Fortress Technology has devised a new high-performance metal detector, ICON. It features a new touchscreen front panel, which has been designed to be ’future-proof’, as well as having the ability to be easily retrofitted to older models in Fortress’ Phantom series. The firm said the new detector delivers fast accurate detection of metal contaminants and detailed data collection. Information such as product configurations, reject and faults are stored in an onboard database and are accessible via a USB or wired ethernet. The new model comes with multilevel password protection, which controls access to specific areas of the system for different users.
This is one in a series of profiles showcasing some of Harvard’s stellar graduates.Juan Reynoso is about to step into largely uncharted territory. When he graduates this spring, he’ll be only the second person to have completed a new joint Master in Public Health (M.P.H.)/Master in Urban Planning (M.U.P.) degree program. Launched in 2016 by Harvard T.H. Chan School of Public Health and Harvard Graduate School of Design (GSD), the program allows students to pursue a transdisciplinary education in urban planning and public health and sharpen their understanding of key areas including policy, sustainability, and social determinants of health.Over the course of the program, Reynoso has bounced between studios at GSD, where he’s wrestled with urban planning challenges, and classrooms at Harvard Chan School, where he’s learned about population health and has grown especially interested in how environmental exposures, such as air pollution or tainted drinking water, affect health.“It’s so interesting because each graduate School at Harvard has its own culture, its own pedagogy, its own way of thinking,” Reynoso says. “This program has allowed me to break out of those silos. And that’s helped me to better make connections among a wide variety of disciplines so I can analyze how certain urban planning efforts have health co-benefits or how certain health interventions have environmental benefits.”Pollution in the valleyReynoso’s interest in the intersection of health and design traces back to his parents. They were born in rural Mexico and immigrated to California, living first outside of Los Angeles and later moving to the Central Valley — the inland stretch of California that’s one of the most important agricultural hubs in the world. “I was born in Tulare County, which is a pretty rural agricultural area that consistently has some of the worst air quality and water quality in the country,” he said.As a young boy, Reynoso was oblivious to the air pollution that drifted into the valley from nearby cities and the myriad pesticides that doused the surrounding farmland and would get kicked up into the atmosphere when strong winds swept through. Looking back now, he can’t help but wonder whether the environment of Tulare County was harming him. “I was very sickly as a child,” he recalled. “I missed half of my kindergarten year because I was always ill with respiratory diseases. How is a child supposed to be successful when the environmental exposures surrounding them are making them sick?”Reynoso’s family eventually picked up and moved to Escondido, a city in San Diego County. The difference in his health was “night and day,” he said. “Rather than miss half the school year, I’d miss like 10 days at most.”Reynoso was an excellent student and by high school his schedule was stacked with advanced placement classes. Around the same time, a series of wildfires tore through Southern California and came unsettlingly close to Escondido. Smoke and haze lingered in the air and Reynoso started wondering what that meant for his and his community’s health. “I was taking a class in environmental science at the time, and all these things started clicking for me,” he said.With these experiences in mind, Reynoso chose to major in human biology with a concentration in environmental health at Stanford University. After graduating, he joined The California Endowment, a statewide foundation focused on health. While there, he worked on its Building Healthy Communities initiative, exploring a wide range of issues that sat at the intersection of policy, urban planning, and health, including active transportation and community land use.Bridging disciplinesWhen Reynoso began exploring graduate schools, the joint M.P.H./M.U.P. program hit all the right notes. It blended his interests and fit his ambitions to improve community health through cross-disciplinary strategies.“Juan is an energetic problem solver. As one of the first students in the joint M.P.H./M.U.P. program, he has been active in helping to build a community of students. As a leader in the Healthy Places Student Group at the GSD, an area of growing student interest, Juan has been really active in organizing events and promoting dialogue,” said Ann Forsyth, Ruth and Frank Stanton Professor of Urban Planning and director of the Master in Urban Planning Program at the GSD.Joseph Allen, assistant professor of exposure assessment science at Harvard Chan School, said it’s heartening to see students like Juan push the field of public health forward. One of the shortcomings in Allen’s own public health training, he said, was a lack of focus on building science, design, and urban planning. “Juan is working to bridge the gap between these disciplines,” Allen said. “He really is a pioneer.”Reynoso isn’t sure what his next step will be after he graduates. But he knows that he wants to tackle some of the biggest health and environmental challenges in a way that prioritizes equity and justice. He thinks back often to his childhood in the Central Valley, and of the disparities that persist across his beloved home state. He hopes that his training at Harvard can help remedy some of these problems.“California is the richest state in the richest country in the world, and there are millions of people who don’t have access to clean drinking water or who are constantly exposed to air pollution or who are harmed by the environment in which they live in myriad other ways,” he said. “We need to work collectively in order to solve the public health challenges of today.”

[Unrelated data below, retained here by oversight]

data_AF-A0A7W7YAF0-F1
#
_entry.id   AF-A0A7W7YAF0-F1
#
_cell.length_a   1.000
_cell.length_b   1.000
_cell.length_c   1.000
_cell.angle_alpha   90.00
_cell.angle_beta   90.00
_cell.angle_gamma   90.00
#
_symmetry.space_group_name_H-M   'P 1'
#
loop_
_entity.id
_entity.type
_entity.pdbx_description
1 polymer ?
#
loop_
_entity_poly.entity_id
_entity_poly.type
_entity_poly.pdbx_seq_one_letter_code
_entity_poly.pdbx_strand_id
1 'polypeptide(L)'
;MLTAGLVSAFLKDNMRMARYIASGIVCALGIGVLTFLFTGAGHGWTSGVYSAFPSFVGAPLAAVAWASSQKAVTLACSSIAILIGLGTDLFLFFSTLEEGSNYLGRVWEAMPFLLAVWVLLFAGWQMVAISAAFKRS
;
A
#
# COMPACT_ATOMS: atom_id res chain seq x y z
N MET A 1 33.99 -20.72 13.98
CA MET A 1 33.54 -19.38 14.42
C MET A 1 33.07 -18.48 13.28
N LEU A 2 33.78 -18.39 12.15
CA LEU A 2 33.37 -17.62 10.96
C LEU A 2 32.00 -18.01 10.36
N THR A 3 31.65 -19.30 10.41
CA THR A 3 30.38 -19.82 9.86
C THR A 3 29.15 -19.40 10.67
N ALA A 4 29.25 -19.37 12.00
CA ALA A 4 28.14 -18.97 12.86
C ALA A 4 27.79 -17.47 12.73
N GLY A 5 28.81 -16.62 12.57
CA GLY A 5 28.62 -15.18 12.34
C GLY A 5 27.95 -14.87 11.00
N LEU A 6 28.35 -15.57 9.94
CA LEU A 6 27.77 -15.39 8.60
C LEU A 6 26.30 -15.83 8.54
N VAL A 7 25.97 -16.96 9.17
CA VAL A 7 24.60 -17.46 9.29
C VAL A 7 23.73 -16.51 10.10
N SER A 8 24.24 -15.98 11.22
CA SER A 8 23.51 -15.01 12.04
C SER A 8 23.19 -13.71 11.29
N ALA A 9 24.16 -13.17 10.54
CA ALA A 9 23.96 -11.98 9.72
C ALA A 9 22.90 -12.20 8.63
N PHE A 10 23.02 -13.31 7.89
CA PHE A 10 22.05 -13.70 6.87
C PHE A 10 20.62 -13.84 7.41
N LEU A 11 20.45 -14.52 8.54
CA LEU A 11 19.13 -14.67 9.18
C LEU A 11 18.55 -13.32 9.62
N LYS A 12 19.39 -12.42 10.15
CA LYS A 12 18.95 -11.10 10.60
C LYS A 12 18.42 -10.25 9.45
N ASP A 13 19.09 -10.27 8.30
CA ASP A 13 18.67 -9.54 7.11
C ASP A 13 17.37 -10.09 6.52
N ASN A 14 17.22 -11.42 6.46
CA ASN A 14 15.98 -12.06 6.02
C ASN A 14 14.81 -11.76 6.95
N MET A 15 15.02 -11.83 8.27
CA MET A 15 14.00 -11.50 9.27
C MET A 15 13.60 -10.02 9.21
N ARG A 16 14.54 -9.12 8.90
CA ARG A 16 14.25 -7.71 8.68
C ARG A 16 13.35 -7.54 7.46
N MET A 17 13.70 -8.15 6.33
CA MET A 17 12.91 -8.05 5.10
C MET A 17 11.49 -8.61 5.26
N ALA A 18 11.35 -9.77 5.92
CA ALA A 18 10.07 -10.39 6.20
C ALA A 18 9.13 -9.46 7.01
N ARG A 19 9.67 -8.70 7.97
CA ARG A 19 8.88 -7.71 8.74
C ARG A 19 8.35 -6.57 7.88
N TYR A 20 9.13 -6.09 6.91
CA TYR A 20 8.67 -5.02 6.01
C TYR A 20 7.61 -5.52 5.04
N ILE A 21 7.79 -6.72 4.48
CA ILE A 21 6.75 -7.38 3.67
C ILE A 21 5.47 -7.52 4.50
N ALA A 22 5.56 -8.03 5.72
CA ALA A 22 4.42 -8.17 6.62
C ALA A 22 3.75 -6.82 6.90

AP1 is overhauling its equity strategies after internal analysis revealed various missed return goals, and plans to shift some of its foreign developed markets investment to passive or systematic management.The new passive investment will be managed in-house, said the fund – one of Sweden’s four main state pension buffer funds – with the switch resulting in four of its six equity manager employees being made redundant.Mikael Angberg, head of asset management at the SEK352bn (€33.5bn) pension fund, said: “We are doing some restructuring in the equity portfolio that affects our organisational structure.”AP1 said that over the spring and autumn of this year, it had analysed and evaluated all equity strategies and found that in some cases return targets had not been achieved. Angberg said the pension fund had decided to continue with active fundamental management in some parts of its equity investment, but to switch to internal passive or systematic management for others.“We have also restructured the mandate with external managers in emerging markets (EM),” he said, adding: “These changes give us better conditions to achieve our return target and better risk utilisation.”In March, AP1 picked 14 managers for EM equities allocation, having re-tendered the mandates the previous May. Though all firms on the list were approved, not all would manage money, the fund said at the time, with the funding decision to be made separately.A spokeswoman for AP1 told IPE the pension fund’s Swedish equity investments we would continue to be managed on an active fundamental basis, but in other areas such as developed markets, management would switch from active to passive or systematic management.The fund was not yet able to say what proportion over overall equities would be managed passively after the changes, she said.The changes will not involve any new tenders for external managers, she said.At the end of June, AP1 had 32% of its total SEK352bn portfolio in listed equities. Of this SEK124bn, SEK38bn was invested in Sweden, SEK35bn in developed markets and SEK51bn in emerging markets, according to the pension fund’s latest interim report.Angberg said the equity management changes being made would allow AP1 to cut its annual costs by a considerable amount, even if they did lead to some one-off costs.“Unfortunately, this also means that four equity managers are becoming redundant and we have now started union negotiations,” Angberg said.It was always sad, he said, when “very competent and esteemed” colleagues were affected by a change in this way, but he added that unfortunately sometimes it was necessary.Overall, AP1 currently has six employees working on active equity management, and the fund has a total of 68 staff.“I also want to make it clear that this change has nothing to do with our equity manager leaving the fund,” Angberg said.On Friday, AP1 confirmed that Olof Jonasson, the pension fund’s head of equities, had agreed to leave the organisation amid a dispute sparked by a breach of the fund’s internal rules over personal investments he had made.Jonasson became the second high-level AP1 executive to leave under a cloud this autumn, with the fund’s then chief executive Johan Magnusson having been fired in September for buying shares in an IPO in which it had already been decided that AP1 would participate in as an anchor investor.